Outside of my obsessions for heavy metal, sci-fi, and horror, I habitually find myself gravitating towards two distinct styles of media in entertainment: the dark, disgusting, and macabre; or the stupidity of plain ridiculousness and irreverent humor. So when fellow GoD of Thunder, Dave3, hurled out his list of comics available to review recently, it should be no surprise that my eyeballs became magnetized to a title that read Mars Attacks KISS.
I have been a KISS fan for 26 years, which is way more than half of my current lifespan, and so naturally my first two thoughts were, “Wait! Is this about the band KISS?” and “That is the most ridiculous comic title ever conceived – I love it”.
And it is indeed about the hard rock/heavy metal band I’ve obsessed over for nearly three decades – being faced with the skull-faced, brain-headed, ack-ack-speaking monstrosities from the film of the same name.
To put it guilelessly, when I scored this review for Geeks of Doom, it was like giving a jigsaw puzzle with alphabetized pieces to someone with OCD.
Happy Birthday today to two iconic figures of hard rock, the firebreathing demon of KISS, Gene Simmons, and the wailing, high-pitched and demonic bottom-ended harbringer of all things early British heavy metal, Rob Halford of Judas Priest.
Both men are downright revolutionary in what they bring and continue to bring to their respective bands, although arguably Kiss and Judas Priest while certainly equally loved by fans of hard rock/heavy metal, are two decidedly different bands for sure.
Simmons was born Chaim Weitz in Haifa, Israel on August 25, 1949. It has been written that Simmons’ mother, Florence, and her brother Larry, survived the Holocaust a few years before Chaim was born. The Weitz family moved to Queens, New York when Chaim was 8 years old. By the time he was a teenager, he became known as Gene Simmons, and started tooling around in local bands, first one called Lynx, then The Missing Links, and others as well. About a half a decade went by when he formed Wicked Lester with himself on bass and buddy Stanley Harvey Eisen on rhythm guitar and lead vocals (Eisen also eventually sported a moniker change and became known as Paul Stanley.) Wicked Lester went through some crisis modes with their lineups and ended with the two disbanding that unit even though a record deal had been in place. For their next project, the two found a drummer in Peter Criscoula and a lead guitarist in Paul Frehley. THOSE two changed their names as well to Peter Criss and Ace Frehley respectively and thus the new quartet, known as KISS, was born.
This week, the KISS album Destroyer is on sale for only $2.99 in MP3 format. The CD is on sale as well for only $4.76.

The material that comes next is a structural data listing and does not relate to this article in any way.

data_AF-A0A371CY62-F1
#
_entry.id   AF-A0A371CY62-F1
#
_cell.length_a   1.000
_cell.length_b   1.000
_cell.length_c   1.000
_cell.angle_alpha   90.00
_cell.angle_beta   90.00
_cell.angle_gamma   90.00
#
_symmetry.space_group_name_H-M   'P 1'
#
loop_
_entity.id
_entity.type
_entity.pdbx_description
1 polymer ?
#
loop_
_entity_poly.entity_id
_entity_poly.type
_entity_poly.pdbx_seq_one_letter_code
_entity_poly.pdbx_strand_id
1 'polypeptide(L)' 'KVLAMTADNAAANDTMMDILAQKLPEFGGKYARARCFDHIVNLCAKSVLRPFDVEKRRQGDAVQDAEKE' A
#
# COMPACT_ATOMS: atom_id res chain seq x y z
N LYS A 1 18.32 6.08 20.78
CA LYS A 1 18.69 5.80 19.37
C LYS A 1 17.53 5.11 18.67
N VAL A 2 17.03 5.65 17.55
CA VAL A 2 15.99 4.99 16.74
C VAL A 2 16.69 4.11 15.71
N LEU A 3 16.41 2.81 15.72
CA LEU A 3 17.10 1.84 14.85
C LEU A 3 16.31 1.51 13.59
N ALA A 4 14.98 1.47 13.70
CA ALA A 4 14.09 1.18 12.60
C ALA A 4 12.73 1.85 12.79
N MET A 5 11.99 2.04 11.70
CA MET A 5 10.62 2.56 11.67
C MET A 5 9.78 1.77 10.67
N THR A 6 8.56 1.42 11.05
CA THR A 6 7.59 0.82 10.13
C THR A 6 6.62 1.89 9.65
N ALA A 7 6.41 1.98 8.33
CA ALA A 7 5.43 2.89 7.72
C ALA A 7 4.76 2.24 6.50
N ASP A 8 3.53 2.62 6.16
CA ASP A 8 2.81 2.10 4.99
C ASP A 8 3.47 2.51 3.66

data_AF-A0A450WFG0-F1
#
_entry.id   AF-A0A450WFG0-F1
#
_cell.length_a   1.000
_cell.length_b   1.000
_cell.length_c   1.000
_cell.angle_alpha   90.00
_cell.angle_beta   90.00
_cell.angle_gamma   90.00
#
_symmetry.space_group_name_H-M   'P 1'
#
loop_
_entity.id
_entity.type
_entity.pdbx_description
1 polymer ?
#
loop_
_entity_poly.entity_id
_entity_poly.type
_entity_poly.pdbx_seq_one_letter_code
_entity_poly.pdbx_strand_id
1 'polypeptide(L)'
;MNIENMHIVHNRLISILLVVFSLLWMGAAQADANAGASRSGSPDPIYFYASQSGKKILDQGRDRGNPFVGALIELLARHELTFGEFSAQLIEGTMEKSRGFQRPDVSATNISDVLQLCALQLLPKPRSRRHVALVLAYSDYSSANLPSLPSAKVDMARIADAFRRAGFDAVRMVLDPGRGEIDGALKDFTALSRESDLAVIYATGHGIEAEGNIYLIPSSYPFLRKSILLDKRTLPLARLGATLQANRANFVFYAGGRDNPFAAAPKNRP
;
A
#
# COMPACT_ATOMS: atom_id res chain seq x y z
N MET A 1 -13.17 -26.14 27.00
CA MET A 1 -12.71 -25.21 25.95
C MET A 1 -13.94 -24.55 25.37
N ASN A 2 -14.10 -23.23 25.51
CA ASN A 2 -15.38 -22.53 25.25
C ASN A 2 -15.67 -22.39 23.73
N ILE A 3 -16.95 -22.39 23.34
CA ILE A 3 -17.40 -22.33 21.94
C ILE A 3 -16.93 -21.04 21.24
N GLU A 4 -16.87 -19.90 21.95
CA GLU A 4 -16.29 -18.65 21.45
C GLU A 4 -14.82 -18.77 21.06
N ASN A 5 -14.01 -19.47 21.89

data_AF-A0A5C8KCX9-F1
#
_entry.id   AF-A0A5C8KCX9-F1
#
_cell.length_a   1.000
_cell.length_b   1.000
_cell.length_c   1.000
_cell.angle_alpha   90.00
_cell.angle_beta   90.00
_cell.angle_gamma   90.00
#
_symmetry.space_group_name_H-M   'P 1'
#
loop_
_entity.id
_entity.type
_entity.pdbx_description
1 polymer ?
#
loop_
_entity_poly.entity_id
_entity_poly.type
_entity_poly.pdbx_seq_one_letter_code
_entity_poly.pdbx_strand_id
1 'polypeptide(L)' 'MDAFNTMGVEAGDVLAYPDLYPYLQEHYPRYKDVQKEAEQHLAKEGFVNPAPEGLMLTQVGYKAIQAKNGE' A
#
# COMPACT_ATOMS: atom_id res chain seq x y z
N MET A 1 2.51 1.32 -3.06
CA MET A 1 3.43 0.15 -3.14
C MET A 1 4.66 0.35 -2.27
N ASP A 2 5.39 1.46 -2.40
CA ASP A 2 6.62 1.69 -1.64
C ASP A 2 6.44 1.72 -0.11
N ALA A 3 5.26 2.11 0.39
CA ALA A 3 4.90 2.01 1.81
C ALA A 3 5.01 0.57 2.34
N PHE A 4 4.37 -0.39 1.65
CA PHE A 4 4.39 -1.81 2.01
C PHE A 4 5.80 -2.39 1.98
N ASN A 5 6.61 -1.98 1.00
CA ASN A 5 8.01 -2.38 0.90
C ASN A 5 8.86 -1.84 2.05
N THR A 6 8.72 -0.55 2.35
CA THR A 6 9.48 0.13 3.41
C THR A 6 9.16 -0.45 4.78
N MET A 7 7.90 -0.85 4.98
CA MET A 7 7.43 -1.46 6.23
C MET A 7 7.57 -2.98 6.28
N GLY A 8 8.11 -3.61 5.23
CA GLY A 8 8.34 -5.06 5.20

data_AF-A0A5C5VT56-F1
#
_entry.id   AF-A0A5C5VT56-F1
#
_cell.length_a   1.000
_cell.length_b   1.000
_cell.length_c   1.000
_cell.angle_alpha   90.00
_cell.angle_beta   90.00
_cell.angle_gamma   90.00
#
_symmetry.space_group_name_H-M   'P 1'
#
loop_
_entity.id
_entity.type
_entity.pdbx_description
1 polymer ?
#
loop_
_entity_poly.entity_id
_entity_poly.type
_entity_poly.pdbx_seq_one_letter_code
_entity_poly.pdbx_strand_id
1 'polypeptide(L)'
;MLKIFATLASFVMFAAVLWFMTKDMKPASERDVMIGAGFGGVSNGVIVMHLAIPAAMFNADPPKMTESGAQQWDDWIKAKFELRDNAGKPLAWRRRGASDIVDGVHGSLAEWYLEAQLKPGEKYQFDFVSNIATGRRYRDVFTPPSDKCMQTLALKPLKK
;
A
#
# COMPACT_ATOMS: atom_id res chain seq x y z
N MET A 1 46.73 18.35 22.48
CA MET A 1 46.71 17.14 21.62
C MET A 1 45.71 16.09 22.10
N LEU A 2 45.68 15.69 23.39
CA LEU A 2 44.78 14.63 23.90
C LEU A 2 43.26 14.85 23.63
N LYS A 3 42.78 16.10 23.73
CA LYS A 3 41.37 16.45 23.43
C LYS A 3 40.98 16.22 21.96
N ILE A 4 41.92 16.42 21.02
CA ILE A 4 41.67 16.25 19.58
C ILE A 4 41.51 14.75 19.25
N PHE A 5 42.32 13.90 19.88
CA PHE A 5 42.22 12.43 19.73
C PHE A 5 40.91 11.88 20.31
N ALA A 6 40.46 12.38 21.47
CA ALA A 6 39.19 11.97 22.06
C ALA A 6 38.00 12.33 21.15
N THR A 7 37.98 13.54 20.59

Released in 1976 and produced by Bob Ezrin, Destroyer contains some of the best known KISS songs – “Detroit Rock City,” “God of Thunder,” “Shout It Out Loud,” and the ballad “Beth.” Fact: When my husband and I got together, we realized that between us we owned 8 copies of Destroyer on vinyl (as well as several cassette copies and 2 CDs), therefore I don’t think I need to explain why I think you should grab this album now for only $3.
Browse all 1,000 albums on sale this month for only $5 each, as well as several albums on sale this week for only $2.99 each.
Space Ace Frehley – legendary guitarist and alien spaceman from deep space, specifically the planet Jendell… or the Bronx, depending upon which legend you choose to believe. For his No Regrets autobiography, written with assistance from Joe Layden and John Ostrosky, Ace determines to focus on the Earthbound tales of his back history, examining his memories from childhood, to wild teenage years, to his days with KISS, and his time as a solo artist.
I read No Regrets with immense anticipation. Being a KISS fan is not just about enjoying their music, it is quite literally an obsession that becomes a lifestyle. [Geeks of Doom editors Eve and Dave will back me up here – go on, Eve, tell ’em about it right here: There is a shrine to Ace at the Geeks of Doom Headquarters, and in lieu of a framed wedding photo above the bed is a framed print of the cover of Ace’s 1976 KISS solo album, undisputedly the best by far of the four KISS sole albums.] And a chunk of that lifestyle is discovering more about the history of the band members (original and otherwise), as it makes up a much larger picture of the KISS family.
When it comes to matters pertaining to the band KISS, I always confess quite a level of bias, having been a fan since 1987 – and particularly a fan of late drummer Eric Carr. Besides this meaning I’ve been a member of the KISS army for 25 years now, I always keep my eyes peeled for something of interest when it pops up on the web.
Look no further than a video I stumbled across today that I’m sure even rock fans in general, drummers, and our regular readers here at Geeks of Doom may find will bring a smile to your face.
His name is Avery Molek, he is 5 years old, and a KISS fan. More than that he is also a drummer, and his ability at his very young age is remarkable. Continue reading to check out a video of Avery in action.